3 strategies for advocating for your neurodivergent employees

Here are a few tips for creating the conditions for inclusion and well-being.

Fifteen to 20 percent of all Americans identify as neurodivergent. This number is comprised of 10 percent of people who are diagnosed with dyslexia, 6 percent with dyspraxia, 5 percent with ADHD and 1–2 percent with autism. Some studies suggest that nearly half of all Gen Z Americans identify as neurodivergent. And yet, most of our workplaces lack the educational resources, institutional practices and inclusive management coaching necessary to help meet different neurodiversity needs. 

What is neurodiversity?

The term neurodiversity, originally coined by Judy Singer in 1997, refers to the natural diversity of human brains. A neurodivergent person is someone whose brains works differently than what society deems “normal.” So, what is normal?

“Normal” or “typical” brain function means is determined by cultural context, social relationships, environmental factors and even other people’s perceptions. As the neurodiversity movement promotes social justice for people within its wide umbrella, the types of diagnoses and conditions considered under the neurodiversity umbrella has grown and will likely continue as our collective understanding of the human brain evolves.

Caption: Image courtesy of Ethos and informed by Sonny Jane of @livedexperienceeducator on Instagram. 

3 advocacy strategies

Rigid schedules, an overemphasis on written communication and an abundance of ambiguous rules and policies around what traumatic content can and cannot be shared, are just a few examples of standard workplace practices that disproportionately impact folks who identify with one or more of the categories under the umbrella. As a talent leader, here is what you can do to advocate for your neurodivergent employees. 

1. Remove barriers rather than spotlight individual issues

The medical model of disability suggests that problems originate with the neurodivergent person and their “atypicality,” which leads to shaming, blaming and silencing employees who would otherwise request accommodations. Frame the conversation in terms of the social model, which looks outward at the barriers that exist for neurodivergent people, rather than what about them needs to change. 

Caption: Image courtesy of Ethos.

If you wouldn’t tell a wheelchair user to “stop using their wheelchair,” then don’t tell someone with dyslexia to “stop struggling to read.” In that situation, ask whether information can be presented differently, verbally, in slides, or in another form that better aligns with an employee’s strengths and assets. 

2. Proactively offer reasonable accommodations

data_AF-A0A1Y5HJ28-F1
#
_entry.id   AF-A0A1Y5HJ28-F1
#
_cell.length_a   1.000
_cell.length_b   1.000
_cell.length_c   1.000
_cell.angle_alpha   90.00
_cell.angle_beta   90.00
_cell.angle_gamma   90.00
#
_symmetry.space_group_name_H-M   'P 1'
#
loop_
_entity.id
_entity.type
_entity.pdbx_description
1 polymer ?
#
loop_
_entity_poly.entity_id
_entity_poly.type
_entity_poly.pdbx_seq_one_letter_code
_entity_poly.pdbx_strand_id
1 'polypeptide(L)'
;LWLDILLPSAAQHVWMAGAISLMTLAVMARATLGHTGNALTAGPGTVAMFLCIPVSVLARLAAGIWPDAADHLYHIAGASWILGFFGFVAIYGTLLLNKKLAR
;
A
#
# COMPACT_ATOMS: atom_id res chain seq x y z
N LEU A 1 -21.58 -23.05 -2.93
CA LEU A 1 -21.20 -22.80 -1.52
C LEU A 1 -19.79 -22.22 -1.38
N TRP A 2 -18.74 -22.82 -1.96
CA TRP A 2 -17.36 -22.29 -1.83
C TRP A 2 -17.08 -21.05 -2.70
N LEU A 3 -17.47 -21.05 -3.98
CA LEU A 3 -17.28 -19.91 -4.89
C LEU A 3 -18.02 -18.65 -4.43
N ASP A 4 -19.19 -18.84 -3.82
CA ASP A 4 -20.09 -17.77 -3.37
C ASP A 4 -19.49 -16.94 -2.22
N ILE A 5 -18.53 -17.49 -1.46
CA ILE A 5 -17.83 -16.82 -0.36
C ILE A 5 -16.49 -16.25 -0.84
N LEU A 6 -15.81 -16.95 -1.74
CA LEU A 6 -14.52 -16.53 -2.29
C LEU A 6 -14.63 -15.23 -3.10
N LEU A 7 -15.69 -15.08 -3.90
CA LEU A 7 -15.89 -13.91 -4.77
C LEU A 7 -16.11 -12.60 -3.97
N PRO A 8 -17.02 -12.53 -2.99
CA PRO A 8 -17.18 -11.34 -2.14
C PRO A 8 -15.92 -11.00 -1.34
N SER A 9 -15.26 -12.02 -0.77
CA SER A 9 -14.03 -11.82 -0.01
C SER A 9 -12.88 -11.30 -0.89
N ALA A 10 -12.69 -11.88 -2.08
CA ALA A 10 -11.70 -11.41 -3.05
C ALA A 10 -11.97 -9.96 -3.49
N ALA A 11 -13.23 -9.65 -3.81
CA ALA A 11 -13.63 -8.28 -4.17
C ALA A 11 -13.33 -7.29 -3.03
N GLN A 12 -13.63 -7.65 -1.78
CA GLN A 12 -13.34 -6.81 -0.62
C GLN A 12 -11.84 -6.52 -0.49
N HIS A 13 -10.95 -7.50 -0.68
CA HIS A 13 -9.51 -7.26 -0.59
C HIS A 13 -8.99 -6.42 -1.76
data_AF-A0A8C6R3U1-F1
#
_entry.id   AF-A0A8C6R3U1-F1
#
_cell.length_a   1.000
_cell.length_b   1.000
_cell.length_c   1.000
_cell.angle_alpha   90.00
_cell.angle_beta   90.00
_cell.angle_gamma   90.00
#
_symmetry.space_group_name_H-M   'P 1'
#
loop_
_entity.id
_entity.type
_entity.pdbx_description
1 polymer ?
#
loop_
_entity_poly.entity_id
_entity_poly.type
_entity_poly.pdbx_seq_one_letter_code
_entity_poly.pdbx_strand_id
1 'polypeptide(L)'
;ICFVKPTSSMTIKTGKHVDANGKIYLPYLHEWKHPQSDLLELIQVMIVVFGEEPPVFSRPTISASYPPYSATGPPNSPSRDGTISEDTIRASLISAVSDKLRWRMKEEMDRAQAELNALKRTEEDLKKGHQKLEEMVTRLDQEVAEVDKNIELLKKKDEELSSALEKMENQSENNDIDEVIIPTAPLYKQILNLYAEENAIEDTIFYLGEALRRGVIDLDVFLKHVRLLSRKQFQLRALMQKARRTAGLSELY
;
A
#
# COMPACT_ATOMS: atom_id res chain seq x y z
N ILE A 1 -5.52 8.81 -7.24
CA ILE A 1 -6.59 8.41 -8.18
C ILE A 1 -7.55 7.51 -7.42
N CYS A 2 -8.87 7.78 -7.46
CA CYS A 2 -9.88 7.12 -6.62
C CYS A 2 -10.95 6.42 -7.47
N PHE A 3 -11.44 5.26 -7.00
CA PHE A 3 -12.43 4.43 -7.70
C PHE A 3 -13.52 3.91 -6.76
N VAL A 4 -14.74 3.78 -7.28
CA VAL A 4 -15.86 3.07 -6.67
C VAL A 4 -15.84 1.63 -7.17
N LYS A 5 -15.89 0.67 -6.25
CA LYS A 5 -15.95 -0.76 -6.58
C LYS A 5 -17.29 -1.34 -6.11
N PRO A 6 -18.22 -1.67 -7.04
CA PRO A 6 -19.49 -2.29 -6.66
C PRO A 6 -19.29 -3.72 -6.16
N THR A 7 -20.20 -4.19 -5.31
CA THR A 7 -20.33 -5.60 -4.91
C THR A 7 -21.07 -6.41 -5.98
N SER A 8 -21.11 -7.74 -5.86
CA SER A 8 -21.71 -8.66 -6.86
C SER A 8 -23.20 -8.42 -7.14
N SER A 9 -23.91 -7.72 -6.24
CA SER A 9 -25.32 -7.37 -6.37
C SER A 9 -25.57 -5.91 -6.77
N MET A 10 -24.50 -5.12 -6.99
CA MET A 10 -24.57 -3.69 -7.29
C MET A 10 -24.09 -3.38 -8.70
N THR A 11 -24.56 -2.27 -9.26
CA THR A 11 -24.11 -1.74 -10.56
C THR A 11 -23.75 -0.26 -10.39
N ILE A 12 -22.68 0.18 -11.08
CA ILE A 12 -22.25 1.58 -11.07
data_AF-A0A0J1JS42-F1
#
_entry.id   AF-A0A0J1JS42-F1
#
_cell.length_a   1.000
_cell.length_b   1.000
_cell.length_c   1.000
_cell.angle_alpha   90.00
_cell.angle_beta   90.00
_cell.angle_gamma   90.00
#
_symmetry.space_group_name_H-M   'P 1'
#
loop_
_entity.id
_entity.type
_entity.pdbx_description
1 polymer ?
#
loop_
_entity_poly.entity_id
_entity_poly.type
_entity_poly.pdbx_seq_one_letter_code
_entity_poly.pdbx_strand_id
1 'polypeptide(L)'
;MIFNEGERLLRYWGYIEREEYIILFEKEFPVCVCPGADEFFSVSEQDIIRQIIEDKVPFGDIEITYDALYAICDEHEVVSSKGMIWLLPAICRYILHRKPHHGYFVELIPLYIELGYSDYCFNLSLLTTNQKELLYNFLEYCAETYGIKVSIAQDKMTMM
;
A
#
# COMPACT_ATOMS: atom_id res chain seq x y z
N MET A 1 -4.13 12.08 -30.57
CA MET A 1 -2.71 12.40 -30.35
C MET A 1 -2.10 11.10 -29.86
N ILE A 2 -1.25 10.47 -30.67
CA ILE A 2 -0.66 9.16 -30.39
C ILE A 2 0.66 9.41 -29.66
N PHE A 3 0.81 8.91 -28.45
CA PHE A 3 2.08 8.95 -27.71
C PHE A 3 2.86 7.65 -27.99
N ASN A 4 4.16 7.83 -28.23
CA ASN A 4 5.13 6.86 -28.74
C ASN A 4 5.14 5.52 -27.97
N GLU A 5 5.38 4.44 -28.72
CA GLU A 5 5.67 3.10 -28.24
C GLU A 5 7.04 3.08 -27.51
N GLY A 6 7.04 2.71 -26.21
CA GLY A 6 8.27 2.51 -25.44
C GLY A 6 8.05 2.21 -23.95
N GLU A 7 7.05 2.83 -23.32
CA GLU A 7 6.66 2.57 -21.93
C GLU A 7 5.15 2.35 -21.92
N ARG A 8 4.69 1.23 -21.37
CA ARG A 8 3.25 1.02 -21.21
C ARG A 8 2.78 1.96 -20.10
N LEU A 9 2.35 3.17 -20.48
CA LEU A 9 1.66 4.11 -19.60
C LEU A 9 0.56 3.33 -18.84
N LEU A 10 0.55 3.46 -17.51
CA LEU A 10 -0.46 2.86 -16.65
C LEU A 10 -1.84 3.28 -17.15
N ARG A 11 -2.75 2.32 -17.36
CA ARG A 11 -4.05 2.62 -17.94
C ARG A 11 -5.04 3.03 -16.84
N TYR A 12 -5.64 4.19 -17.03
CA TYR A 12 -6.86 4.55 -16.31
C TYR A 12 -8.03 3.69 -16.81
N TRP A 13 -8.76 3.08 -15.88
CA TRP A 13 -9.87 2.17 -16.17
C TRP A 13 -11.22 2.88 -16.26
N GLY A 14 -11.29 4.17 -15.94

The reality is that most people who need accommodations don’t even know what they are, let alone which are available to them. Create a clear list of neurodiversity-specific accommodations to circulate across your organization, always leaving room for folks to request others not listed. Here’s a starting point. 

Speech– Provide alternative ways of communicating (writing, demonstrations, etc.)
– Provide text-to-speech assistive technologies
– Set meeting norms with team members to allow for pauses and breaks between verbal exchanges to allow non-speaking participants to contribute in other forms
Listening comprehension– Provide brief notes in writing for any information conveyed auditorily
– Provide interpreter, transcription, and/or captioning services
Reading– If there are any written documents during meetings, presentations or other demonstrations, provide alternate options (large print, Braille, electronic, tape-recorded, etc.)
– Provide verbal instructions
Additional– Allow attendants or support people to attend meetings or team functions when necessary for the employee to participate
– Allow participants to disclose their preferred working time
– Plan for longer meeting times if needed

3. Avoid pathologizing neurodiversity

In everyday conversations, you may notice employees have a tendency to use the words for diagnoses as short-hand for negative behaviors. For example, an employee complaining about a colleague paying too much attention to formatting issues could describe the detail-oriented peer as being “so OCD” or a manager might say they don’t want to give a teammate feedback because whose emotional responses to critique are unpredictable as “bipolar.” 

By using these phrases, the message to folks who really do live with OCD or bipolar disorder is that their behaviors are undesirable and “wrong.” When in doubt, always describe exactly what you mean rather than using linguistic shortcuts. Help others do the same. 

Parting words

Even though so many workers are neurodivergent, our workplaces aren’t designed to support their needs. The result is overtired, overwhelmed and overburdened employees who can’t access a true feeling of belonging on their teams. With a few simple practices, you can improve the employee experience while unlocking the natural gifts and strengths of the people who make up your organization.